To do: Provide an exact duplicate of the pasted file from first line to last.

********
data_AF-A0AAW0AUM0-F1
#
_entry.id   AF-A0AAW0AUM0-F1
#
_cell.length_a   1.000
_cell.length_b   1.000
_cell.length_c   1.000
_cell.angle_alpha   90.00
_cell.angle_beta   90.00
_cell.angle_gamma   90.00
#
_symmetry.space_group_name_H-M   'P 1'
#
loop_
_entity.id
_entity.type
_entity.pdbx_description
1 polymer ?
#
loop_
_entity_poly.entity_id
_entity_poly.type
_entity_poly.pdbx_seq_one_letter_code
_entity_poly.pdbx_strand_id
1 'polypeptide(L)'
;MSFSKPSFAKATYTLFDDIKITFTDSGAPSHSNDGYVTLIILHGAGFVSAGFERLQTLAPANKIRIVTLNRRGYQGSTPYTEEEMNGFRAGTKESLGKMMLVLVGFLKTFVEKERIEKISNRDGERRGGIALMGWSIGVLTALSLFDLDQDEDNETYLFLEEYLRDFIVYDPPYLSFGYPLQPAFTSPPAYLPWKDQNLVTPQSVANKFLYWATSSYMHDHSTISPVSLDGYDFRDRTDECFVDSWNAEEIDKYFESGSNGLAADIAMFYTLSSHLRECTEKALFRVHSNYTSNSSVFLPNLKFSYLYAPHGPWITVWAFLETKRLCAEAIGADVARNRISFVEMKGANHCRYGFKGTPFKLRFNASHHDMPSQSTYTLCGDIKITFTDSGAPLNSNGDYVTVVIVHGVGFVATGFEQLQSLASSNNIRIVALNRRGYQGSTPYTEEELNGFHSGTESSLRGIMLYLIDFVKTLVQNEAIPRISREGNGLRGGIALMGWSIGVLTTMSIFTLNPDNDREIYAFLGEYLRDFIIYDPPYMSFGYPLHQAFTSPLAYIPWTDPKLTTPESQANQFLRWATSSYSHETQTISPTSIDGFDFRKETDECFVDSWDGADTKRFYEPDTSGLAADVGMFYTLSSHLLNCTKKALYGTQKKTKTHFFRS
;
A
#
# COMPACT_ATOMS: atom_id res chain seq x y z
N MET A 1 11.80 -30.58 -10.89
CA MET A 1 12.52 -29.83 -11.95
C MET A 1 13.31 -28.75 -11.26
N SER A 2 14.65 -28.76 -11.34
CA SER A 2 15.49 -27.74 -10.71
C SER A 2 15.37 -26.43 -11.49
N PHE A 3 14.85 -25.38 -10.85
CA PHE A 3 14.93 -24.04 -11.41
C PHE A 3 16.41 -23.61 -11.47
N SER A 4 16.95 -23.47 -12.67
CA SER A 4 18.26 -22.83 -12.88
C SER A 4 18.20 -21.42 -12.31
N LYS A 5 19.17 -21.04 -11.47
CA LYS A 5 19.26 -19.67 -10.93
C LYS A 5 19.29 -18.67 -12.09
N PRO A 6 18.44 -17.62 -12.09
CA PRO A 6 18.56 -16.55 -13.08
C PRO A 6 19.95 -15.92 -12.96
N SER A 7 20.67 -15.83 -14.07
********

data_AF-A0AAW0AUM0-F1
#
_entry.id   AF-A0AAW0AUM0-F1
#
_cell.length_a   1.000
_cell.length_b   1.000
_cell.length_c   1.000
_cell.angle_alpha   90.00
_cell.angle_beta   90.00
_cell.angle_gamma   90.00
#
_symmetry.space_group_name_H-M   'P 1'
#
loop_
_entity.id
_entity.type
_entity.pdbx_description
1 polymer ?
#
loop_
_entity_poly.entity_id
_entity_poly.type
_entity_poly.pdbx_seq_one_letter_code
_entity_poly.pdbx_strand_id
1 'polypeptide(L)'
;MSFSKPSFAKATYTLFDDIKITFTDSGAPSHSNDGYVTLIILHGAGFVSAGFERLQTLAPANKIRIVTLNRRGYQGSTPYTEEEMNGFRAGTKESLGKMMLVLVGFLKTFVEKERIEKISNRDGERRGGIALMGWSIGVLTALSLFDLDQDEDNETYLFLEEYLRDFIVYDPPYLSFGYPLQPAFTSPPAYLPWKDQNLVTPQSVANKFLYWATSSYMHDHSTISPVSLDGYDFRDRTDECFVDSWNAEEIDKYFESGSNGLAADIAMFYTLSSHLRECTEKALFRVHSNYTSNSSVFLPNLKFSYLYAPHGPWITVWAFLETKRLCAEAIGADVARNRISFVEMKGANHCRYGFKGTPFKLRFNASHHDMPSQSTYTLCGDIKITFTDSGAPLNSNGDYVTVVIVHGVGFVATGFEQLQSLASSNNIRIVALNRRGYQGSTPYTEEELNGFHSGTESSLRGIMLYLIDFVKTLVQNEAIPRISREGNGLRGGIALMGWSIGVLTTMSIFTLNPDNDREIYAFLGEYLRDFIIYDPPYMSFGYPLHQAFTSPLAYIPWTDPKLTTPESQANQFLRWATSSYSHETQTISPTSIDGFDFRKETDECFVDSWDGADTKRFYEPDTSGLAADVGMFYTLSSHLLNCTKKALYGTQKKTKTHFFRS
;
A
#
# COMPACT_ATOMS: atom_id res chain seq x y z
N MET A 1 11.80 -30.58 -10.89
CA MET A 1 12.52 -29.83 -11.95
C MET A 1 13.31 -28.75 -11.26
N SER A 2 14.65 -28.76 -11.34
CA SER A 2 15.49 -27.74 -10.71
C SER A 2 15.37 -26.43 -11.49
N PHE A 3 14.85 -25.38 -10.85
CA PHE A 3 14.93 -24.04 -11.41
C PHE A 3 16.41 -23.61 -11.47
N SER A 4 16.95 -23.47 -12.67
CA SER A 4 18.26 -22.83 -12.88
C SER A 4 18.20 -21.42 -12.31
N LYS A 5 19.17 -21.04 -11.47
CA LYS A 5 19.26 -19.67 -10.93
C LYS A 5 19.29 -18.67 -12.09
N PRO A 6 18.44 -17.62 -12.09
CA PRO A 6 18.56 -16.55 -13.08
C PRO A 6 19.95 -15.92 -12.96
N SER A 7 20.67 -15.83 -14.07